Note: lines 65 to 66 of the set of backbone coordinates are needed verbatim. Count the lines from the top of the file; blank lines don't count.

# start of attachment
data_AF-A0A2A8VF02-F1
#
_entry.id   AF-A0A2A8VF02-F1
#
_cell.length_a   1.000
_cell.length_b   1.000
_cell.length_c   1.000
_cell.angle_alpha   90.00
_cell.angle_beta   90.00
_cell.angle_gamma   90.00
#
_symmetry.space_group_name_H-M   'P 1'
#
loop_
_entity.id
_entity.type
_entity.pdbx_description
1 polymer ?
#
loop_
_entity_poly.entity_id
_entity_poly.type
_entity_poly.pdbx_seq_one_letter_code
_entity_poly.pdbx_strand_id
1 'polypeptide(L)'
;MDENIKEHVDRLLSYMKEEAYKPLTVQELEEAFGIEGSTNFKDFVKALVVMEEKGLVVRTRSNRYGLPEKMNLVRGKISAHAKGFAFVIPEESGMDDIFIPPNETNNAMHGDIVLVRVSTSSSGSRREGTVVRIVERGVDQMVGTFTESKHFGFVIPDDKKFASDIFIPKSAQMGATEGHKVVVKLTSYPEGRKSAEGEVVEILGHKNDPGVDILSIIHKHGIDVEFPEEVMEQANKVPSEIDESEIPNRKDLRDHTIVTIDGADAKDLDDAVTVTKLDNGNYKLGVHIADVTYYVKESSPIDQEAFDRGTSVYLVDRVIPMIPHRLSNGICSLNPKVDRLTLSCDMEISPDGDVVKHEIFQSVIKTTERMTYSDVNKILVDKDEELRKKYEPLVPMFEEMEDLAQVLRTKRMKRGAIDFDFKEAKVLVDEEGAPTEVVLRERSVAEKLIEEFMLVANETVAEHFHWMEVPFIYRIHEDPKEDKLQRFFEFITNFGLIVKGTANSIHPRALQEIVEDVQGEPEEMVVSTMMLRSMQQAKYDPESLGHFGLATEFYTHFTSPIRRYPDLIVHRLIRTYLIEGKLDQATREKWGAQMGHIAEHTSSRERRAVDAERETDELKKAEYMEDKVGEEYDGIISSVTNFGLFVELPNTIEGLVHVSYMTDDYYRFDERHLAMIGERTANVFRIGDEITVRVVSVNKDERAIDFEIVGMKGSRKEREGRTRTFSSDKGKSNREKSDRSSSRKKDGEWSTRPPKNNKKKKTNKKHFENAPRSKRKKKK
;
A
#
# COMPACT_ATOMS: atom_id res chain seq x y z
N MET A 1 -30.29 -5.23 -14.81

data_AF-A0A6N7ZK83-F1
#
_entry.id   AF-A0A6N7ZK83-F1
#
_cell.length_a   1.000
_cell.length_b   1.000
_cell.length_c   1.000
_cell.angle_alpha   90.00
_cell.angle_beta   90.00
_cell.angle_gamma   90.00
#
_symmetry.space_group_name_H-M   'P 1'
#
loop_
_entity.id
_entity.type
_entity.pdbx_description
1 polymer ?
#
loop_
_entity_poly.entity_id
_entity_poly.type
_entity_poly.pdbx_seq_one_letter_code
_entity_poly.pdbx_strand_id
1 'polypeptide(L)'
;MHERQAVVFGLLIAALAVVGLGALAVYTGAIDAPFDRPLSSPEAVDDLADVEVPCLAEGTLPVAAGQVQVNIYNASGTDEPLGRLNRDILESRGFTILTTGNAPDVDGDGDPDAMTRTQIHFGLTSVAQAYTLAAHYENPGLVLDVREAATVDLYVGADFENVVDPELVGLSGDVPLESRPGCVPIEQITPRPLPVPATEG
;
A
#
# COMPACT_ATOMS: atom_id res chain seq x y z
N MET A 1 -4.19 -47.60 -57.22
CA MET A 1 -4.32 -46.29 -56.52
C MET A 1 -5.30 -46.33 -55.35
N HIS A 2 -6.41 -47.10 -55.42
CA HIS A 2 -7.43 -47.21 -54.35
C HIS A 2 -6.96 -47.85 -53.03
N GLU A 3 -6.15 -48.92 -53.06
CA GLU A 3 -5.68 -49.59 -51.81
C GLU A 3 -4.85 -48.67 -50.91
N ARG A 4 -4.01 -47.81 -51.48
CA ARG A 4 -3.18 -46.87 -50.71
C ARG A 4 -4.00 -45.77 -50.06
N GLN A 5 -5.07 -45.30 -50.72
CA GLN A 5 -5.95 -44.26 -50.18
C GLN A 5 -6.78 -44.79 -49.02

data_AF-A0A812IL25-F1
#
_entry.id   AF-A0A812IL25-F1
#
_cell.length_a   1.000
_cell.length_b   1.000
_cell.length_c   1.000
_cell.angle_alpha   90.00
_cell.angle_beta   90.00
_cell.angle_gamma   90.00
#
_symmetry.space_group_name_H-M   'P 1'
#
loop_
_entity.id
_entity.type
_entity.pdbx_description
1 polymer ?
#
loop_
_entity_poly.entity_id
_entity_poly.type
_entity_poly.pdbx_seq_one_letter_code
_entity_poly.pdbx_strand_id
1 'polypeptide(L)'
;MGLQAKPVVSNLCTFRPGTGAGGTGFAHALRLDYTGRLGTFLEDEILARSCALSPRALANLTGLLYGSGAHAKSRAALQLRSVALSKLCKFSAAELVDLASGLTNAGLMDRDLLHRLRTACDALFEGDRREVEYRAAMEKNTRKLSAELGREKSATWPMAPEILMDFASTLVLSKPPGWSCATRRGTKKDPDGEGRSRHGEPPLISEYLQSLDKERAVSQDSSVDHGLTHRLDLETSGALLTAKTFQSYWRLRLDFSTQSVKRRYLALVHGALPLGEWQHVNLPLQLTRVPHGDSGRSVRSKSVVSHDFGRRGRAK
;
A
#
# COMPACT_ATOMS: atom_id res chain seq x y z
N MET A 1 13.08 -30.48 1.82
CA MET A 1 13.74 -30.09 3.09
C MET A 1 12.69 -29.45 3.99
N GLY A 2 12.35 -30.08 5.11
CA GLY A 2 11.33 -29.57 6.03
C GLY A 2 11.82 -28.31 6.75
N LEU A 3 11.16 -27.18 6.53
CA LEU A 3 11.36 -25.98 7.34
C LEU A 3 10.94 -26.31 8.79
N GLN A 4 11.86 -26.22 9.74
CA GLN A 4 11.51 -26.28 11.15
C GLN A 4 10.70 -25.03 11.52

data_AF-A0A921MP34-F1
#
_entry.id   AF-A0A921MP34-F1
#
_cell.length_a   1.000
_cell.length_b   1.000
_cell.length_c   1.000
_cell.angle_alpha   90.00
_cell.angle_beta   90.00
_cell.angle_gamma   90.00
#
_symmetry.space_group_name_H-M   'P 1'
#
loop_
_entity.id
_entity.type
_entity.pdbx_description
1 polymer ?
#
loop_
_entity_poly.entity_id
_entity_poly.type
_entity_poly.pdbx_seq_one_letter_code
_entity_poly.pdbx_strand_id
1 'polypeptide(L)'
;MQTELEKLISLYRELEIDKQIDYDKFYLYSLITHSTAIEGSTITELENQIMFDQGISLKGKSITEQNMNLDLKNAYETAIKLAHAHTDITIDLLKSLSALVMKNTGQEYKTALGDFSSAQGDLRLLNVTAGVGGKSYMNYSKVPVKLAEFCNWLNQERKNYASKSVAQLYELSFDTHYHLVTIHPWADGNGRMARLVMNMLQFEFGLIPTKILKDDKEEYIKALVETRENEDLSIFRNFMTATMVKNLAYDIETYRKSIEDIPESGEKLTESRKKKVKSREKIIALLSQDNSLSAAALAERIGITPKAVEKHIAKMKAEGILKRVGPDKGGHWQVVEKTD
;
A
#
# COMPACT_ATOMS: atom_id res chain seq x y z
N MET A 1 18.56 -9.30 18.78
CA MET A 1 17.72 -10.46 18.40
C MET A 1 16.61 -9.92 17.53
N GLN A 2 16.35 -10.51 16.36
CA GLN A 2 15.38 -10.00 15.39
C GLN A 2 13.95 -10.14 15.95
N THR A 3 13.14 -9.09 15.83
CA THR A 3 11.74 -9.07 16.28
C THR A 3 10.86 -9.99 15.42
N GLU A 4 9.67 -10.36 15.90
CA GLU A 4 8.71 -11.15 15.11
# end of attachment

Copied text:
N HIS A 2 -6.41 -47.10 -55.42
CA HIS A 2 -7.43 -47.21 -54.35